- All the established dates of the American journey quoted after Julian Krzyżanowski, Kalendarz życia i twórczości Henryka Sienkiewicza [The calendar of Henryk Sienkiewicz’s life and works], edited and with notes by Maria Bokszczanin, Warsaw 2012.
- H. Sienkiewicz, Listy z podróży do Ameryki, [Portrait of America: Letters of Henryk Sienkiewicz], edited by Julian Krzyżanowski, Warsaw 2004, pp. 78–107.
- A letter to Stefania Leo from December 3, 1876, see Henryk Sienkiewicz, Listy [Letters], vol. 3, edited by Maria Bokszczanin, Warsaw 2007, pp. 437–438. See also H. Sienkiewicz, Listy z podróży [Portrait of America: Letters of Henryk Sienkiewicz], pp. 137–143.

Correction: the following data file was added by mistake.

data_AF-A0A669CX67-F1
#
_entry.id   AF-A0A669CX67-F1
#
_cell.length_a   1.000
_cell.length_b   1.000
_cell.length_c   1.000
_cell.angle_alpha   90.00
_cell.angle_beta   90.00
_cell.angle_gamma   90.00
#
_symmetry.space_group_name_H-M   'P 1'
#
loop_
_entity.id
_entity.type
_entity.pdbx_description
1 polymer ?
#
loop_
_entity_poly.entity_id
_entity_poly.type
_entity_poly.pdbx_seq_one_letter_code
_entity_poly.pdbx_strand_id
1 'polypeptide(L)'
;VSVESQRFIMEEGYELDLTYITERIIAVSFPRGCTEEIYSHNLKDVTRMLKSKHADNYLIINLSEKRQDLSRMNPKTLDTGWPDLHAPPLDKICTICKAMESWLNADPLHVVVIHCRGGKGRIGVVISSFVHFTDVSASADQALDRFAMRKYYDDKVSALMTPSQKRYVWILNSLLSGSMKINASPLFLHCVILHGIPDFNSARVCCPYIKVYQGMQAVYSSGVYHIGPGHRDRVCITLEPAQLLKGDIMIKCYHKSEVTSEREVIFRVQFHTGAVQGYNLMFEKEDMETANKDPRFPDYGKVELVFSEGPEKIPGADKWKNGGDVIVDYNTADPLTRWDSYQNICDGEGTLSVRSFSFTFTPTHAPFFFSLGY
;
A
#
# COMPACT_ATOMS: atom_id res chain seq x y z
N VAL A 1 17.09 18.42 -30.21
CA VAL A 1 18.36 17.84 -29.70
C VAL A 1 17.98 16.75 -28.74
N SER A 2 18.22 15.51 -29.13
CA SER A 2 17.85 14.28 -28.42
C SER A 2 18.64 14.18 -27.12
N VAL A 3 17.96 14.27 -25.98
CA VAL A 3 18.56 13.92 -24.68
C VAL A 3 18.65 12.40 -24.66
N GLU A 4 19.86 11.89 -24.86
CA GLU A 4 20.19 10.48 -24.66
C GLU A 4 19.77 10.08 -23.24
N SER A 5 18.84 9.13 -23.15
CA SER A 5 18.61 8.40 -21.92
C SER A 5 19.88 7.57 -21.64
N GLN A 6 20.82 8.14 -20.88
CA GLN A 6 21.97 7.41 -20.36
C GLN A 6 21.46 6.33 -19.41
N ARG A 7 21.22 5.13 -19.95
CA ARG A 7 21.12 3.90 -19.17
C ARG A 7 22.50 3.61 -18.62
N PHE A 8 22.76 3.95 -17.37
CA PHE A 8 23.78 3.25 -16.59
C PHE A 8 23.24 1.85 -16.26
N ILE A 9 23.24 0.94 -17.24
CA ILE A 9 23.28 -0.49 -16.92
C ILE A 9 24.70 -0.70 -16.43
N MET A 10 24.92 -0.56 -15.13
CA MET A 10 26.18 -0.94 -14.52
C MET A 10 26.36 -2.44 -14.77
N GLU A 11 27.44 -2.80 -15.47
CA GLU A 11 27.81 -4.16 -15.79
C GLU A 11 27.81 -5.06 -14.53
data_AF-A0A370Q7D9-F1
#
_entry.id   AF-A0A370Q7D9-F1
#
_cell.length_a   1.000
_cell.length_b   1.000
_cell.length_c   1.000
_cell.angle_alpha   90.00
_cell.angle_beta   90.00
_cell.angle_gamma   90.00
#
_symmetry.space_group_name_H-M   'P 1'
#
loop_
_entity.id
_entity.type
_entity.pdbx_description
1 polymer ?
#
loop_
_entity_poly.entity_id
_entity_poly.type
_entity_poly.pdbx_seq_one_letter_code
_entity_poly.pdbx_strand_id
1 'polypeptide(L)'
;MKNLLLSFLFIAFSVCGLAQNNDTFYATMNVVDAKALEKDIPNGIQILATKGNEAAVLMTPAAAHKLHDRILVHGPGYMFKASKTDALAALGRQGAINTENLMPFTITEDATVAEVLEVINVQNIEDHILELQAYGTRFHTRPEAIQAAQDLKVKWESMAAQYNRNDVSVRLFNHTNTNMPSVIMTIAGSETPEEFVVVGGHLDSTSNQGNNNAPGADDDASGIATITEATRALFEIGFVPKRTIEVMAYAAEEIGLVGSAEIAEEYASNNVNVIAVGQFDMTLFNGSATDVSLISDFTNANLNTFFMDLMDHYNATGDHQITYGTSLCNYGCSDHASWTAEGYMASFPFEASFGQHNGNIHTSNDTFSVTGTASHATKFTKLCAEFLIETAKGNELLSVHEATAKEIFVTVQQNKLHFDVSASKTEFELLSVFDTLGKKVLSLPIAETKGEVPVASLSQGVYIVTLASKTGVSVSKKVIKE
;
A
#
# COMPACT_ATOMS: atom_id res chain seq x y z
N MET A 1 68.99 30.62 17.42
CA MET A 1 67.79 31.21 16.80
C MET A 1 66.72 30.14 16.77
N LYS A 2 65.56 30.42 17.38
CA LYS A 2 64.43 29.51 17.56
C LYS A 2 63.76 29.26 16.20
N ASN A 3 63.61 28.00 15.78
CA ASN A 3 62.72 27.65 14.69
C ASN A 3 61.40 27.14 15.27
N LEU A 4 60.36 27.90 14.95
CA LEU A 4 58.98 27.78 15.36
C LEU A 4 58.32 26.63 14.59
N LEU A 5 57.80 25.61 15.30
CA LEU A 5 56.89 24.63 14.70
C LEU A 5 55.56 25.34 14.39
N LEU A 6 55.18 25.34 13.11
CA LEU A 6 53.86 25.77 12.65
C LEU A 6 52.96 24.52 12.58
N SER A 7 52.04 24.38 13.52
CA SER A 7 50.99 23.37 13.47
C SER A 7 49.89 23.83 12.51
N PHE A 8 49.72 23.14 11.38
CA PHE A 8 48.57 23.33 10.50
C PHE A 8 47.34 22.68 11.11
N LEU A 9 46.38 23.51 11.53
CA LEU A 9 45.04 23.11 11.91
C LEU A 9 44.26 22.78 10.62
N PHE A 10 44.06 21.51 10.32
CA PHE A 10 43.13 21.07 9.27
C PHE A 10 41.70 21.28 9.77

- Compare Helena Modrzejewska, Karol Chłapowski, Listy [Letters], vols. 1–2, edited by Alicja Kędziora and Emil Orzechowski, Warsaw 2015.
- Compare S. D. Cashman, America in the Gilded Age, New York 1984; Eric Foner, Reconstruction: America’s Unfinished Revolution, 1863–1877, New York 1988.
- Compare M. A. Jones, The Limits of Liberty: American History, Oxford 1983, pp. 258–259; S. D. Cashman, op. cit., pp. 200–202.